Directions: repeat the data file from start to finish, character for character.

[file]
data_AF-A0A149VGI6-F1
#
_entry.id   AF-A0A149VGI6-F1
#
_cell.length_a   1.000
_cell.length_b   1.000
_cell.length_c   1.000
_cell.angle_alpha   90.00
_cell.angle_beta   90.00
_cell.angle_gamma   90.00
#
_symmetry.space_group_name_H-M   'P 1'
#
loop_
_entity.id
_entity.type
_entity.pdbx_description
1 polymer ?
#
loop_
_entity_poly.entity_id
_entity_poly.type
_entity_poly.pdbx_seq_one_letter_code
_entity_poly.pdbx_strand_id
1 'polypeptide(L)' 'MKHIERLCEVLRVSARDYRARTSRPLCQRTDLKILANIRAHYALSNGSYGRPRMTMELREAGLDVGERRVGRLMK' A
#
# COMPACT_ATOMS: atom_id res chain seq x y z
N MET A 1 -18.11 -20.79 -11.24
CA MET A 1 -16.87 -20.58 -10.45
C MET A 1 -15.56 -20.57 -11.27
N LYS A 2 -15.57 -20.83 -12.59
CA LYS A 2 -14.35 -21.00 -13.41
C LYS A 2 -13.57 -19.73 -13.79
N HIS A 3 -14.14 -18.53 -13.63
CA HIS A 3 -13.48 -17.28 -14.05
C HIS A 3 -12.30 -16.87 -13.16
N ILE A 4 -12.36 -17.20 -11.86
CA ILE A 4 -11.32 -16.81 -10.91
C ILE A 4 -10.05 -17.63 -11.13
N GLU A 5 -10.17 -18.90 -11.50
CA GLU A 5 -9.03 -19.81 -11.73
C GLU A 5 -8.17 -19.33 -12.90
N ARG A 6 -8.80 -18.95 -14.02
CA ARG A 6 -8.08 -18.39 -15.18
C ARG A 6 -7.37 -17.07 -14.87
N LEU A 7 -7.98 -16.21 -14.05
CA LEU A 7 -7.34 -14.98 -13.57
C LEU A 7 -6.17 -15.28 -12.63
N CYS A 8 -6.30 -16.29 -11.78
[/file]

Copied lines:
data_AF-A0A149VGI6-F1
#
_entry.id   AF-A0A149VGI6-F1
#
_cell.length_a   1.000
_cell.length_b   1.000
_cell.length_c   1.000
_cell.angle_alpha   90.00
_cell.angle_beta   90.00
_cell.angle_gamma   90.00
#
_symmetry.space_group_name_H-M   'P 1'
#
loop_
_entity.id
_entity.type
_entity.pdbx_description
1 polymer ?
#
loop_
_entity_poly.entity_id
_entity_poly.type
_entity_poly.pdbx_seq_one_letter_code
_entity_poly.pdbx_strand_id
1 'polypeptide(L)' 'MKHIERLCEVLRVSARDYRARTSRPLCQRTDLKILANIRAHYALSNGSYGRPRMTMELREAGLDVGERRVGRLMK' A
#
# COMPACT_ATOMS: atom_id res chain seq x y z
N MET A 1 -18.11 -20.79 -11.24
CA MET A 1 -16.87 -20.58 -10.45
C MET A 1 -15.56 -20.57 -11.27
N LYS A 2 -15.57 -20.83 -12.59
CA LYS A 2 -14.35 -21.00 -13.41
C LYS A 2 -13.57 -19.73 -13.79
N HIS A 3 -14.14 -18.53 -13.63
CA HIS A 3 -13.48 -17.28 -14.05
C HIS A 3 -12.30 -16.87 -13.16
N ILE A 4 -12.36 -17.20 -11.86
CA ILE A 4 -11.32 -16.81 -10.91
C ILE A 4 -10.05 -17.63 -11.13
N GLU A 5 -10.17 -18.90 -11.50
CA GLU A 5 -9.03 -19.81 -11.73
C GLU A 5 -8.17 -19.33 -12.90
N ARG A 6 -8.80 -18.95 -14.02
CA ARG A 6 -8.08 -18.39 -15.18
C ARG A 6 -7.37 -17.07 -14.87
N LEU A 7 -7.98 -16.21 -14.05
CA LEU A 7 -7.34 -14.98 -13.57
C LEU A 7 -6.17 -15.28 -12.63
N CYS A 8 -6.30 -16.29 -11.78